• Handy, there is a certain amount of party switching going on and I suspect there will be more in the next couple of years.


  • I think Snowe [and Collins] should switch parties anyway. They would be “moderate Democrats” just as effectively as they are “moderate Republicans.” While we’re at it, Ben Nelson of Nebraska should switch to the GOP. They would all be more comfy and at home that way.

  • Whoa! Are you suggesting that Dodge contrived a piece of badly written campaign literature, which Dave slapped his own name on and posted as if it truly were what it claims to be: an interview? I don’t know how to say this, exactly, but ain’t that just a tad dishonest?

  • El Bicho

    Odd that there’s no mention that this is longtime BC contributor Marty Dodge.

    Considering Dave doesn’t appear to use ampersands in his writing, it’s much more likely they went Dread’s route than Alan’s.

    And Dave wouldn’t be solely responsible if I were seriously running for national office. A follow-up by myself or someone working for me to see how I came across and to see that Dave didn’t edit me in a way that reflected poorly seems natural course of business.

  • Moreover, whatever medium was used to conduct the interview, the writer/editor–in this case, Mr. Nalle–is solely responsible for either (a) correcting obvious mistakes of spelling, grammar, punctuation, word usage, etc. or (b) employing “[sic]” to identify errors in the original that the writer wishes to leave intact.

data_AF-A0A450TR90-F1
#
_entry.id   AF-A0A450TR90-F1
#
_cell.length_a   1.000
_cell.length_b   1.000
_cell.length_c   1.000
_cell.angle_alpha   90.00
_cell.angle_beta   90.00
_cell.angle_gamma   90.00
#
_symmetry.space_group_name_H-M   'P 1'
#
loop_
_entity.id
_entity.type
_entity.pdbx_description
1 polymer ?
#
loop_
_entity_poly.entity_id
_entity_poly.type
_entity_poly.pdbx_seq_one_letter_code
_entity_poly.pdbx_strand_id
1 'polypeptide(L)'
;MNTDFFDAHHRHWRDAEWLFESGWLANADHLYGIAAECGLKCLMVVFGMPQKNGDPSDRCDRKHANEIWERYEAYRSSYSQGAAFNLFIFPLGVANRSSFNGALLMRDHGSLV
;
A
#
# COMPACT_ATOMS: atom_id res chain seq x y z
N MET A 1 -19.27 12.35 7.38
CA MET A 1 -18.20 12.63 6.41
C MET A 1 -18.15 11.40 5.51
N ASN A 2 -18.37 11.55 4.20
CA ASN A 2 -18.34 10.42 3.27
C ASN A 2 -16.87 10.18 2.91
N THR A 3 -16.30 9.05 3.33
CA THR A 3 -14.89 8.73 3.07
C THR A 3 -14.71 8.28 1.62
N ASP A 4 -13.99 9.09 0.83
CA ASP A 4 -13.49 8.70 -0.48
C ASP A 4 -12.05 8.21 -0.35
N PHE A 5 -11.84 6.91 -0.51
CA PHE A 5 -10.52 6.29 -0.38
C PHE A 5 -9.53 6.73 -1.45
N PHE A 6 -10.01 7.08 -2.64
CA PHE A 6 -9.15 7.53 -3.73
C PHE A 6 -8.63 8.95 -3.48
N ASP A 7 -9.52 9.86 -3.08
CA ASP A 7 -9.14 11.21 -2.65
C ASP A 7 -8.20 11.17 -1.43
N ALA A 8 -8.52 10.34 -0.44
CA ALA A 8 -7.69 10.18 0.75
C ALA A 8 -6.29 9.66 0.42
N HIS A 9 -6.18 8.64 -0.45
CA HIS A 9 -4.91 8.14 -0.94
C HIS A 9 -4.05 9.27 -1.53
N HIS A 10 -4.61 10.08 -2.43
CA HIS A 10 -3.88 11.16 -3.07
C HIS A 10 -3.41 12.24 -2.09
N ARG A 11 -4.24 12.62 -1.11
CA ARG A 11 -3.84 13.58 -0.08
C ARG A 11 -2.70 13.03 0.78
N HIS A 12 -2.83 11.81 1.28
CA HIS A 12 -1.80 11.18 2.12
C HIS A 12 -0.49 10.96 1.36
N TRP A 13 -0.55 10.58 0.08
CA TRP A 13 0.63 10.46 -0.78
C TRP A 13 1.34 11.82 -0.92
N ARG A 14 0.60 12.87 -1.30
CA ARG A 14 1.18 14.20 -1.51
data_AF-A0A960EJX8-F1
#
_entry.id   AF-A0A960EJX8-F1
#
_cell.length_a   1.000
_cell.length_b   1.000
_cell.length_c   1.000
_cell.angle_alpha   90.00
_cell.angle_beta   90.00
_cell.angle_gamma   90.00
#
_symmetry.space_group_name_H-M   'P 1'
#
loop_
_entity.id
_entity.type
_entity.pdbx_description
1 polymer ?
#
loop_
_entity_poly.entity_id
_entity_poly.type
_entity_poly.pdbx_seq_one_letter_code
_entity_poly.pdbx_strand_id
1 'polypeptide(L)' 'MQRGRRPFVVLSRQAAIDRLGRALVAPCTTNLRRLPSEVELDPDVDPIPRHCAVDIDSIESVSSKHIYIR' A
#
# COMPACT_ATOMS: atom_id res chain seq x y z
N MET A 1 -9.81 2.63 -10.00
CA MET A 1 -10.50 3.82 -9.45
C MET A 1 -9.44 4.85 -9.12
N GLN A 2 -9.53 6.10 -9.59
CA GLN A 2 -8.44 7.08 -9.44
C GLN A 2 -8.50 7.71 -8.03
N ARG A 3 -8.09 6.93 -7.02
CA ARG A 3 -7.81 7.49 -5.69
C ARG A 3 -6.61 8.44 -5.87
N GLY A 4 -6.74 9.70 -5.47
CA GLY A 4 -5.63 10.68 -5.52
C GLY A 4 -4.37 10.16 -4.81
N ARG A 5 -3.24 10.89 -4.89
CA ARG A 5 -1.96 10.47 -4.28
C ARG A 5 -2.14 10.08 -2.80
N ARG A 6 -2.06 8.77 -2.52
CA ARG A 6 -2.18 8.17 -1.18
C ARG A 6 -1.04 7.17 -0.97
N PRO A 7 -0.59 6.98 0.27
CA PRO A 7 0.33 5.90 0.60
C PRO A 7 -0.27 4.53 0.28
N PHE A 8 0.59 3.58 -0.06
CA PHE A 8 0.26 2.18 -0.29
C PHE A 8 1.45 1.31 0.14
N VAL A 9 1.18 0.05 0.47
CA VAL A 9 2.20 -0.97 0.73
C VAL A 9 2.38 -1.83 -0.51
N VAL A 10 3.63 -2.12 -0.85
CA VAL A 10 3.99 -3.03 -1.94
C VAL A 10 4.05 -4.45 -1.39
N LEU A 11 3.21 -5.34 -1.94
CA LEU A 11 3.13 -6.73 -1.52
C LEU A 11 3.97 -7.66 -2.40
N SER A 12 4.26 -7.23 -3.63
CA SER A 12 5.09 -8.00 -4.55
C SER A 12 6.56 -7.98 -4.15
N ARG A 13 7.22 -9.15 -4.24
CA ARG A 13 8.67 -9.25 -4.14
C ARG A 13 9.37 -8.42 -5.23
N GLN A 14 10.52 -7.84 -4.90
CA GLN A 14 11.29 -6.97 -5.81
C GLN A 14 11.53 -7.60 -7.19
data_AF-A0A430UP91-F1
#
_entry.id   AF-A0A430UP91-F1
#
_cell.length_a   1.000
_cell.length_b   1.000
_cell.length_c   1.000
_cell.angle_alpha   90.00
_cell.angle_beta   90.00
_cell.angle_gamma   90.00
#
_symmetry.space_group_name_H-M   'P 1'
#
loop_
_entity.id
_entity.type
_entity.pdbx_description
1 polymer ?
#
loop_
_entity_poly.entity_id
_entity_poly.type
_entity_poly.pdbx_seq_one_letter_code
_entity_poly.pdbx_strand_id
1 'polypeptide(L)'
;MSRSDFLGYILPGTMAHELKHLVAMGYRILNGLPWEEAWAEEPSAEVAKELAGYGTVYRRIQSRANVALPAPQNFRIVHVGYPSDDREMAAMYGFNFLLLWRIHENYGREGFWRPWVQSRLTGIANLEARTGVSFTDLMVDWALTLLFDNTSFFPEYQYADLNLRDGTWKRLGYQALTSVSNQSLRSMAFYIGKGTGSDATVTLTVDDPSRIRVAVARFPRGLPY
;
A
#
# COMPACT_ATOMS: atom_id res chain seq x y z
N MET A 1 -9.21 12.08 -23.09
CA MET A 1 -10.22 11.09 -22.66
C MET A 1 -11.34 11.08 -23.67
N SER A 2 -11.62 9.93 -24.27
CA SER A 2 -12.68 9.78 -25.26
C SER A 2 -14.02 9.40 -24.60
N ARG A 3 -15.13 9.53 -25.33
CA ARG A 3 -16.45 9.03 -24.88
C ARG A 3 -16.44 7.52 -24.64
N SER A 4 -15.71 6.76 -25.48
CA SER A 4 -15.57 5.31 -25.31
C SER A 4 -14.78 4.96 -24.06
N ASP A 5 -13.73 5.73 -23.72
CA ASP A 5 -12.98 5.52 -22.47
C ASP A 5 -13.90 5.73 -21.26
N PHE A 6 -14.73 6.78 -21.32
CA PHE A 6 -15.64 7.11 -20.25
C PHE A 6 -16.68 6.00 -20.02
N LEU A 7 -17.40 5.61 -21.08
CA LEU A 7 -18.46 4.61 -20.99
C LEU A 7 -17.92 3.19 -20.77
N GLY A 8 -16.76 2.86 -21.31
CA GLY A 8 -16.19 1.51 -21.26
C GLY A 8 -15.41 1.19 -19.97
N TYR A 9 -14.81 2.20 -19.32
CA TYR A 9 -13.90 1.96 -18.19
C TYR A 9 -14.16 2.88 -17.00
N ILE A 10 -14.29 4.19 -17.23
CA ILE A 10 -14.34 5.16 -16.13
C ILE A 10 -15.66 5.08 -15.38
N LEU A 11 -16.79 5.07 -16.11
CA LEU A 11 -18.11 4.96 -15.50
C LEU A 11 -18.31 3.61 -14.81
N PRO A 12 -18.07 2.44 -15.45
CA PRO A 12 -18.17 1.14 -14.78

• #6, haven’t you heard of the telephone? It’s an instrument that enables people to speak with another entirely free of the Internet! Oh, and there’s also something called a tape recorder that allows such conversations to be preserved for subsequent transcription. What’ll they think of next?

  • Well, since Dave is based in Texas and Andrew Dodge in Maine, I’m guessing this interview took place via e-mail or live chat rather than in person. In that case the responses as reproduced would be Mr Dodge’s own. I could, of course, be wrong.

  • Re #3 and #4: please clarify something. Whom are you criticizing for this article’s bad writing, spelling errors, grammatical mistakes, etc.? This is an interview with Andrew Ian Dodge, written not by him but by the interviewer. Dave Nalle is therefore solely responsible for such slips as “I have just gotten much better at articulated them.” Why blame Mr. Dodge?

  • Costello

    Get yourself somebody in PR or communications becuase this is a horrendous read. Hard to believe anyone would take you serious as a writer let alonea US Senator

  • “I have just gotten much better at articulated them.”

    Could’ve fooled me…

  • RJ

    Dave, you might want to fix the link to Andrew’s website.

  • Glenn Contrarian

    Well, we can certainly see that intellectualism is not real high on Dodge’s list of qualities on his resume. But I’m glad he’s unable to keep his extremism out of his normal conversation – otherwise the people of Maine might not be able to see what a problem this guy would be if he were elected to office.